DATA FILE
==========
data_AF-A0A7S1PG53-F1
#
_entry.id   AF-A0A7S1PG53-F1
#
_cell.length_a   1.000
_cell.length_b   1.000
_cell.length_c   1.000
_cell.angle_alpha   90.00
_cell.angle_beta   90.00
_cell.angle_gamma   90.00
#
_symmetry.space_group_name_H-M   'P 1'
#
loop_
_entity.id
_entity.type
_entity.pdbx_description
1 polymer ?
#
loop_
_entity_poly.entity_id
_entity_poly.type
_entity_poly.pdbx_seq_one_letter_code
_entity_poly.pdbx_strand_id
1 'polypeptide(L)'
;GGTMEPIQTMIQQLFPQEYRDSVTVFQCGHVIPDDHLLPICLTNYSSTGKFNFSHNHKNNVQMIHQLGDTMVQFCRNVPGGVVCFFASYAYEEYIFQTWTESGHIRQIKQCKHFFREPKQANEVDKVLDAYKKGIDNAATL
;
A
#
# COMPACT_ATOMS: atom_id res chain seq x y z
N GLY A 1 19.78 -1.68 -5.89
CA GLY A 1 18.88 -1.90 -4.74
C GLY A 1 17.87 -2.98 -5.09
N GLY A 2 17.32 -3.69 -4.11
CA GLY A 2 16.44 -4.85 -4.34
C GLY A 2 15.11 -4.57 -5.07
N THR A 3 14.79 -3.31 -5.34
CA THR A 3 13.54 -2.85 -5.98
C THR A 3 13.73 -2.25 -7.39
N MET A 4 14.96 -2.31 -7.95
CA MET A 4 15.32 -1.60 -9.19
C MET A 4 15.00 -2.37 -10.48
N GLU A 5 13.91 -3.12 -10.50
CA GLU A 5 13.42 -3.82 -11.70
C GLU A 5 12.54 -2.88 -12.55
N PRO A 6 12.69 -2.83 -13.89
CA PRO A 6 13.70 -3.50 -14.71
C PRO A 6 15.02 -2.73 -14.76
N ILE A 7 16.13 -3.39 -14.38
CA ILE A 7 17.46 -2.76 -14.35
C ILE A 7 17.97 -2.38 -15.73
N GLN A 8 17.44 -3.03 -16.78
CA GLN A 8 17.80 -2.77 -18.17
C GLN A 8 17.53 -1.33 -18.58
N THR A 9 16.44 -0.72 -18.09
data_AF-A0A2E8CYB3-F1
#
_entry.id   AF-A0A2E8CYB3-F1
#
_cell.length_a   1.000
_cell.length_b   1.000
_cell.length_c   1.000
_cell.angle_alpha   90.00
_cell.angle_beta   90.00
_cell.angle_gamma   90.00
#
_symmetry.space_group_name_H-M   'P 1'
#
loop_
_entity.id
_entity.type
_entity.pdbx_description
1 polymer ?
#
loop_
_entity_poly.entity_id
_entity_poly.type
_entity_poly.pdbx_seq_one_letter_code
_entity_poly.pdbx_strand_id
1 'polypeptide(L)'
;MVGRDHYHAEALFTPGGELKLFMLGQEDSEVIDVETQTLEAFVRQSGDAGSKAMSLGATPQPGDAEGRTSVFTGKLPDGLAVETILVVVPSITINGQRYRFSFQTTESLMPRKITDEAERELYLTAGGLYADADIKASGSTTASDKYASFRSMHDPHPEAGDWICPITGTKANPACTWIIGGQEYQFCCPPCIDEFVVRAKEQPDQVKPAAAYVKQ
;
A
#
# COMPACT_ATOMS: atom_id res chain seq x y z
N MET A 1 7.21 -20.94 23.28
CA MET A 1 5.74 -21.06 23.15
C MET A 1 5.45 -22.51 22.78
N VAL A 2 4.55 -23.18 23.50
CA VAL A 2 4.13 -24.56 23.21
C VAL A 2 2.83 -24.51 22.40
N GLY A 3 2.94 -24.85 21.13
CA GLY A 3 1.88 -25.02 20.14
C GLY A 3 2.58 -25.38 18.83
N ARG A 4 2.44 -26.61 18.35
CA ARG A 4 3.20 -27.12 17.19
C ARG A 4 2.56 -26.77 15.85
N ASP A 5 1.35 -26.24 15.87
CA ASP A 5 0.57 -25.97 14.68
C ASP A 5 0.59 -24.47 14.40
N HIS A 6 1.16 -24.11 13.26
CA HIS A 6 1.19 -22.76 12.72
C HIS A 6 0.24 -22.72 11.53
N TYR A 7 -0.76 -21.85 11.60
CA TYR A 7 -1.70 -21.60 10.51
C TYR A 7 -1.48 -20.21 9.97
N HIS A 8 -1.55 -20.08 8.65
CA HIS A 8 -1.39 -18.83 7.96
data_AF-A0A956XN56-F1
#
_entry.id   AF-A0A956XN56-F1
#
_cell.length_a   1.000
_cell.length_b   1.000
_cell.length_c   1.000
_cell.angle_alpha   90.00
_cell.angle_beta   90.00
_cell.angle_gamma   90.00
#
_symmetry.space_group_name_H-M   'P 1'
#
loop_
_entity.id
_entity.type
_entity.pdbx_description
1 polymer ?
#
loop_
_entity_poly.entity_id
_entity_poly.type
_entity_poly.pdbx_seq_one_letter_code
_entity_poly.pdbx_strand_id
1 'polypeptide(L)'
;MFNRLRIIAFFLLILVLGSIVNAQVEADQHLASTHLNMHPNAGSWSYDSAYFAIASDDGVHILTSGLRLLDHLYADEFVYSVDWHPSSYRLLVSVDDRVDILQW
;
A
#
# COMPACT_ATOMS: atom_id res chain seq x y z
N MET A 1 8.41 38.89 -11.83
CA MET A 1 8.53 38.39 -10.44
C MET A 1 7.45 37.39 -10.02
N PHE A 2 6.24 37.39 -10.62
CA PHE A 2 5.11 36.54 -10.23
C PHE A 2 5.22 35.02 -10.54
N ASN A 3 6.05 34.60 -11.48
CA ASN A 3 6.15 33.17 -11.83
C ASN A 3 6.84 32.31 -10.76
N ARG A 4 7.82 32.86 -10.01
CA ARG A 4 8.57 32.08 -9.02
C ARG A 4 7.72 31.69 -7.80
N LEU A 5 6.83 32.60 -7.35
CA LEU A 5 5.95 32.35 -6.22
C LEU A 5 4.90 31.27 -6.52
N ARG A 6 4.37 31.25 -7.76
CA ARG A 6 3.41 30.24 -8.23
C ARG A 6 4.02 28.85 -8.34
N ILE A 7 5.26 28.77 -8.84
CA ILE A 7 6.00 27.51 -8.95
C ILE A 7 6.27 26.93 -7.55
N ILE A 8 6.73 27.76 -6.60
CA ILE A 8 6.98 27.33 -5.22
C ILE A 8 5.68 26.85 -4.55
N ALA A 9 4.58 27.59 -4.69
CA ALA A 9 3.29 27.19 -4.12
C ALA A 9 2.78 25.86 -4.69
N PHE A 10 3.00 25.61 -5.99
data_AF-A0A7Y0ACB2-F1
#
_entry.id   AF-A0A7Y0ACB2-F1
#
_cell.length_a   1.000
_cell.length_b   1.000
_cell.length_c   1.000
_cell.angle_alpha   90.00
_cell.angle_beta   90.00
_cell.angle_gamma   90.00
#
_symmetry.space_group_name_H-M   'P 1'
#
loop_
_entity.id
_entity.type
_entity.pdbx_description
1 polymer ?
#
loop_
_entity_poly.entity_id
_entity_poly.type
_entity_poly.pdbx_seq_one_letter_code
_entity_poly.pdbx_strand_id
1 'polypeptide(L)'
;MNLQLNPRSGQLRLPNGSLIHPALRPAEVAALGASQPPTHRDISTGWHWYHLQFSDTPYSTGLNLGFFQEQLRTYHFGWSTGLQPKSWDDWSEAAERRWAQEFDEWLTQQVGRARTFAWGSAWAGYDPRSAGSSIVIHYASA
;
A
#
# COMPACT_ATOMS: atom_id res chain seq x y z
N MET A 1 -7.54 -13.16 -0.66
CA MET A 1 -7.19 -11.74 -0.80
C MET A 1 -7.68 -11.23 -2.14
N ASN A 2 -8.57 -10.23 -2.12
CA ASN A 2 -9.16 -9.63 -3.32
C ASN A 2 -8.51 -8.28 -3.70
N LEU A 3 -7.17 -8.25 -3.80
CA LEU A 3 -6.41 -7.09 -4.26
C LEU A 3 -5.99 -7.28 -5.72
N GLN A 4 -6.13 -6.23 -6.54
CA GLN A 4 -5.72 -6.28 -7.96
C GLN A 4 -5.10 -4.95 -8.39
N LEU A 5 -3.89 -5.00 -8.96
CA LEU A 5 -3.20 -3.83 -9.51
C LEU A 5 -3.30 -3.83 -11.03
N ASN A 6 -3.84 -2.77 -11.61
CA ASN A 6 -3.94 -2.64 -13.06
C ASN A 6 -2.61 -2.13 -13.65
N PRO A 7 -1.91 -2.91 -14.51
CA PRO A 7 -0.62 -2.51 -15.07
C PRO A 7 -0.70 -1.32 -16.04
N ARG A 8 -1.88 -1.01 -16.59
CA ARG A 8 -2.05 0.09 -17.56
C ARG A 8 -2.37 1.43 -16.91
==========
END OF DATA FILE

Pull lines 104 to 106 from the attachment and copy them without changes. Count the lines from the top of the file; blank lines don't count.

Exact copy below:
N TYR A 7 -0.76 -21.85 11.60
CA TYR A 7 -1.70 -21.60 10.51
C TYR A 7 -1.48 -20.21 9.97